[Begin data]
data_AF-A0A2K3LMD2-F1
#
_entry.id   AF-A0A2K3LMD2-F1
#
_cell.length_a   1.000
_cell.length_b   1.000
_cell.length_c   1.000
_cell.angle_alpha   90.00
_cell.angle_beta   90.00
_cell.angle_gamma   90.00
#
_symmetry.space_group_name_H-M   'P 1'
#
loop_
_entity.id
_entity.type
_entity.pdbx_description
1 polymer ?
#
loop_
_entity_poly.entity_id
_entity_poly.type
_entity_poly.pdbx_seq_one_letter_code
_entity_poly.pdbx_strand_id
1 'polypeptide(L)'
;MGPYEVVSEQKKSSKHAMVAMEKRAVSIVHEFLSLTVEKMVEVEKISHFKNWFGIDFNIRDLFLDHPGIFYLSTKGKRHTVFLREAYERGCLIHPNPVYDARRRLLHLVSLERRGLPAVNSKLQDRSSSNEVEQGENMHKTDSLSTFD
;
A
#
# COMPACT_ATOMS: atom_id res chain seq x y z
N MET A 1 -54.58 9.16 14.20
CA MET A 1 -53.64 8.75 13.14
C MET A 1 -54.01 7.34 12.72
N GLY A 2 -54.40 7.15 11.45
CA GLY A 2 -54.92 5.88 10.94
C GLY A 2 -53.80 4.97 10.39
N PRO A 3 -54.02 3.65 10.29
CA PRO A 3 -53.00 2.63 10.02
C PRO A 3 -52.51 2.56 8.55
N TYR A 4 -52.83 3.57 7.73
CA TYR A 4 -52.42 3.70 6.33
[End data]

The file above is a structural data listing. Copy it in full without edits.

data_AF-A0A2K3LMD2-F1
#
_entry.id   AF-A0A2K3LMD2-F1
#
_cell.length_a   1.000
_cell.length_b   1.000
_cell.length_c   1.000
_cell.angle_alpha   90.00
_cell.angle_beta   90.00
_cell.angle_gamma   90.00
#
_symmetry.space_group_name_H-M   'P 1'
#
loop_
_entity.id
_entity.type
_entity.pdbx_description
1 polymer ?
#
loop_
_entity_poly.entity_id
_entity_poly.type
_entity_poly.pdbx_seq_one_letter_code
_entity_poly.pdbx_strand_id
1 'polypeptide(L)'
;MGPYEVVSEQKKSSKHAMVAMEKRAVSIVHEFLSLTVEKMVEVEKISHFKNWFGIDFNIRDLFLDHPGIFYLSTKGKRHTVFLREAYERGCLIHPNPVYDARRRLLHLVSLERRGLPAVNSKLQDRSSSNEVEQGENMHKTDSLSTFD
;
A
#
# COMPACT_ATOMS: atom_id res chain seq x y z
N MET A 1 -54.58 9.16 14.20
CA MET A 1 -53.64 8.75 13.14
C MET A 1 -54.01 7.34 12.72
N GLY A 2 -54.40 7.15 11.45
CA GLY A 2 -54.92 5.88 10.94
C GLY A 2 -53.80 4.97 10.39
N PRO A 3 -54.02 3.65 10.29
CA PRO A 3 -53.00 2.63 10.02
C PRO A 3 -52.51 2.56 8.55
N TYR A 4 -52.83 3.57 7.73
CA TYR A 4 -52.42 3.70 6.33